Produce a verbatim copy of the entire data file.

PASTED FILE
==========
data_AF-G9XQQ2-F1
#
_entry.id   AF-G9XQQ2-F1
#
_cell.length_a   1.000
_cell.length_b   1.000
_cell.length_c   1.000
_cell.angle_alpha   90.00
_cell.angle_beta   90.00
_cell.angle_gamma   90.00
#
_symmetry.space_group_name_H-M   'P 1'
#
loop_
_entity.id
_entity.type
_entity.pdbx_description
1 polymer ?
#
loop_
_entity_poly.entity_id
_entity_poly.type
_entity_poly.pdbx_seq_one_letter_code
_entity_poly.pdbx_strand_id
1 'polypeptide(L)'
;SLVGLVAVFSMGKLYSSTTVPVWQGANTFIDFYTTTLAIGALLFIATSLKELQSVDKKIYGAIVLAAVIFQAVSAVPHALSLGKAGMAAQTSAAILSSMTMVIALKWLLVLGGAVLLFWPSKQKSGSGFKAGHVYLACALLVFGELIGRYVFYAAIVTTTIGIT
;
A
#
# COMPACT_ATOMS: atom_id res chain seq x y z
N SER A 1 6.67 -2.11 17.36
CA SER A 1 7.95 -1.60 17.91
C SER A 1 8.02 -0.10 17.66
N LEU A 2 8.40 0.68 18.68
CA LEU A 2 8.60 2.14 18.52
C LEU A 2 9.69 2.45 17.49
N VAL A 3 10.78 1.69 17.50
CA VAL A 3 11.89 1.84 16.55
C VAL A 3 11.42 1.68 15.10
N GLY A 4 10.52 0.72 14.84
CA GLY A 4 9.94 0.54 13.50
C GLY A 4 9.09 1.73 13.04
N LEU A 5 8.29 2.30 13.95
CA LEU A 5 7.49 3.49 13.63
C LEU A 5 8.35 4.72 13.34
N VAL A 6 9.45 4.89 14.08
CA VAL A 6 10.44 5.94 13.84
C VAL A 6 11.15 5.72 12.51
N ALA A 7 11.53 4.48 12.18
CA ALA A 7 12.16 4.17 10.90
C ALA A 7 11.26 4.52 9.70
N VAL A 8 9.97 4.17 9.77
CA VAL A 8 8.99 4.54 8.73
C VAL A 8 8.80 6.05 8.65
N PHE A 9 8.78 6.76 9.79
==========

data_AF-G9XQQ2-F1
#
_entry.id   AF-G9XQQ2-F1
#
_cell.length_a   1.000
_cell.length_b   1.000
_cell.length_c   1.000
_cell.angle_alpha   90.00
_cell.angle_beta   90.00
_cell.angle_gamma   90.00
#
_symmetry.space_group_name_H-M   'P 1'
#
loop_
_entity.id
_entity.type
_entity.pdbx_description
1 polymer ?
#
loop_
_entity_poly.entity_id
_entity_poly.type
_entity_poly.pdbx_seq_one_letter_code
_entity_poly.pdbx_strand_id
1 'polypeptide(L)'
;SLVGLVAVFSMGKLYSSTTVPVWQGANTFIDFYTTTLAIGALLFIATSLKELQSVDKKIYGAIVLAAVIFQAVSAVPHALSLGKAGMAAQTSAAILSSMTMVIALKWLLVLGGAVLLFWPSKQKSGSGFKAGHVYLACALLVFGELIGRYVFYAAIVTTTIGIT
;
A
#
# COMPACT_ATOMS: atom_id res chain seq x y z
N SER A 1 6.67 -2.11 17.36
CA SER A 1 7.95 -1.60 17.91
C SER A 1 8.02 -0.10 17.66
N LEU A 2 8.40 0.68 18.68
CA LEU A 2 8.60 2.14 18.52
C LEU A 2 9.69 2.45 17.49
N VAL A 3 10.78 1.69 17.50
CA VAL A 3 11.89 1.84 16.55
C VAL A 3 11.42 1.68 15.10
N GLY A 4 10.52 0.72 14.84
CA GLY A 4 9.94 0.54 13.50
C GLY A 4 9.09 1.73 13.04
N LEU A 5 8.29 2.30 13.95
CA LEU A 5 7.49 3.49 13.63
C LEU A 5 8.35 4.72 13.34
N VAL A 6 9.45 4.89 14.08
CA VAL A 6 10.44 5.94 13.84
C VAL A 6 11.15 5.72 12.51
N ALA A 7 11.53 4.48 12.18
CA ALA A 7 12.16 4.17 10.90
C ALA A 7 11.26 4.52 9.70
N VAL A 8 9.97 4.17 9.77
CA VAL A 8 8.99 4.54 8.73
C VAL A 8 8.80 6.05 8.65
N PHE A 9 8.78 6.76 9.79